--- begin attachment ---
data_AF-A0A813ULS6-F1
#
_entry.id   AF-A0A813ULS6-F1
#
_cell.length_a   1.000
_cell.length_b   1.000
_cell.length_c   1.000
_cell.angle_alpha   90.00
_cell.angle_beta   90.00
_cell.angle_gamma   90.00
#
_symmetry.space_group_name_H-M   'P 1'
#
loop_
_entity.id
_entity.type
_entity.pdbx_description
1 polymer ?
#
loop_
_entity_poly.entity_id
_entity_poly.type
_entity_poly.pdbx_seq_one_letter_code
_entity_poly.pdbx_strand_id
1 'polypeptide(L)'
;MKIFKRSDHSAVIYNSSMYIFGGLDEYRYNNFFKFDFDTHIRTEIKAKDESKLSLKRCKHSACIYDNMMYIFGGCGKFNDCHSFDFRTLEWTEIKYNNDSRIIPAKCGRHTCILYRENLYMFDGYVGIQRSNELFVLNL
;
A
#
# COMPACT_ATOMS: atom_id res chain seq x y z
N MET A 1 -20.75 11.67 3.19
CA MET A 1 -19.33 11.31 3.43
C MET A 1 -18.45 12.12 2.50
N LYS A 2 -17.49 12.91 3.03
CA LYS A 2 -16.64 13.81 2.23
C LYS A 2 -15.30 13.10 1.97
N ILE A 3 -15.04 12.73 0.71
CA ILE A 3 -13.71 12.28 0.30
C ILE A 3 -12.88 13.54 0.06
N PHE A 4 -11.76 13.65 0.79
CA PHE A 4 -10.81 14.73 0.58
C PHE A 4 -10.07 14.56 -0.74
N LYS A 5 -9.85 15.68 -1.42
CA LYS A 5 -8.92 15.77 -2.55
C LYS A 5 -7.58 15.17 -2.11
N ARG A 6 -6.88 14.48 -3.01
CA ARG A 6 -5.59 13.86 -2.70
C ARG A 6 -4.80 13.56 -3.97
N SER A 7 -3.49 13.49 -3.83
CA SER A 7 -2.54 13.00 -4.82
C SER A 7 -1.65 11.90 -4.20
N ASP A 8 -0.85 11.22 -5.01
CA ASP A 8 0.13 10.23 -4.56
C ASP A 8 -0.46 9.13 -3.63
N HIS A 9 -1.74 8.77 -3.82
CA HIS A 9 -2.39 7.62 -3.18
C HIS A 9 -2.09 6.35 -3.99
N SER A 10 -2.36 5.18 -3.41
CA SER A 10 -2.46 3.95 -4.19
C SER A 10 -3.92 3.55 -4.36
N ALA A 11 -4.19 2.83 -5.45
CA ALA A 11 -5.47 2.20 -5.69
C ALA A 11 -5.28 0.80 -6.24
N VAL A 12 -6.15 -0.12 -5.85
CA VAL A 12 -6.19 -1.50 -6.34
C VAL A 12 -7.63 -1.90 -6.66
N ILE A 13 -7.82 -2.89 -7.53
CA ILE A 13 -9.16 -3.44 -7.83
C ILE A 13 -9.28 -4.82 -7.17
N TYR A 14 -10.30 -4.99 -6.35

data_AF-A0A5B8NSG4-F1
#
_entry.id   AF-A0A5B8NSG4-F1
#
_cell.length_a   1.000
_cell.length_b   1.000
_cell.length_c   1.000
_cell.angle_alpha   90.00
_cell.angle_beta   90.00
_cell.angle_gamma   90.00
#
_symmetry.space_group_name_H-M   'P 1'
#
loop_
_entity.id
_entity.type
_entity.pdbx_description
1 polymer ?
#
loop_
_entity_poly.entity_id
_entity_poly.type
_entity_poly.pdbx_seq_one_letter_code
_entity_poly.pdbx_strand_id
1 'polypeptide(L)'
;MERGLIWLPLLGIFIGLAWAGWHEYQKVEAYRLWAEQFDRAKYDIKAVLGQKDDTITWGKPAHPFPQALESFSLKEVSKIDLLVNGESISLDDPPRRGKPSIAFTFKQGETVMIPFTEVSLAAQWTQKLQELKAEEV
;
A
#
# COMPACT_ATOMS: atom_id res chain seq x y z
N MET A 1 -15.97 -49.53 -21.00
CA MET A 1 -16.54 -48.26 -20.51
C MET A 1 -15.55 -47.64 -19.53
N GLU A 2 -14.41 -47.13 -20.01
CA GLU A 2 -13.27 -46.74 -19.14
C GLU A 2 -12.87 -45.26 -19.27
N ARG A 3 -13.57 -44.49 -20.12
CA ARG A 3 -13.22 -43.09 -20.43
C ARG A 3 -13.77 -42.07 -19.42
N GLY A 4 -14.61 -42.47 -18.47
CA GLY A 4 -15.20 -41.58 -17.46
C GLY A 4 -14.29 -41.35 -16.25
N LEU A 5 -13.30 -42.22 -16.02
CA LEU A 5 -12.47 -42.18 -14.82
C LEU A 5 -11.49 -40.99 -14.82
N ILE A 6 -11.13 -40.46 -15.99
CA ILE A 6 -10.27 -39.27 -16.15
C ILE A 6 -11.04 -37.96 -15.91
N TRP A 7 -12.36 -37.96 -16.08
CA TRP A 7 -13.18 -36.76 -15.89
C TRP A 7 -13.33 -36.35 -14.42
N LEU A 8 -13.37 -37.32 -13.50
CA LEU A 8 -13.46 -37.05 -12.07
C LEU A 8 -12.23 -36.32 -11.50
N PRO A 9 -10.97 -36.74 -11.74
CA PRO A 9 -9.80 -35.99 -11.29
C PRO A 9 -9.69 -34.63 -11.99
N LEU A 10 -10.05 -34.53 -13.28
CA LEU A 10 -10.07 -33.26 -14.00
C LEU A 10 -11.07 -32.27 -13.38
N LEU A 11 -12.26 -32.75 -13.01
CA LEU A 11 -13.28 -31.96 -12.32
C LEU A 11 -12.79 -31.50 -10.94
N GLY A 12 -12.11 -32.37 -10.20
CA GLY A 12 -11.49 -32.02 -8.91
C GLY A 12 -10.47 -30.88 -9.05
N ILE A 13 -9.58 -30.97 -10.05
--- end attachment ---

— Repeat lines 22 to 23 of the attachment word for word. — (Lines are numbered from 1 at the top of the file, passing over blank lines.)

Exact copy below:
_entity_poly.type
_entity_poly.pdbx_seq_one_letter_code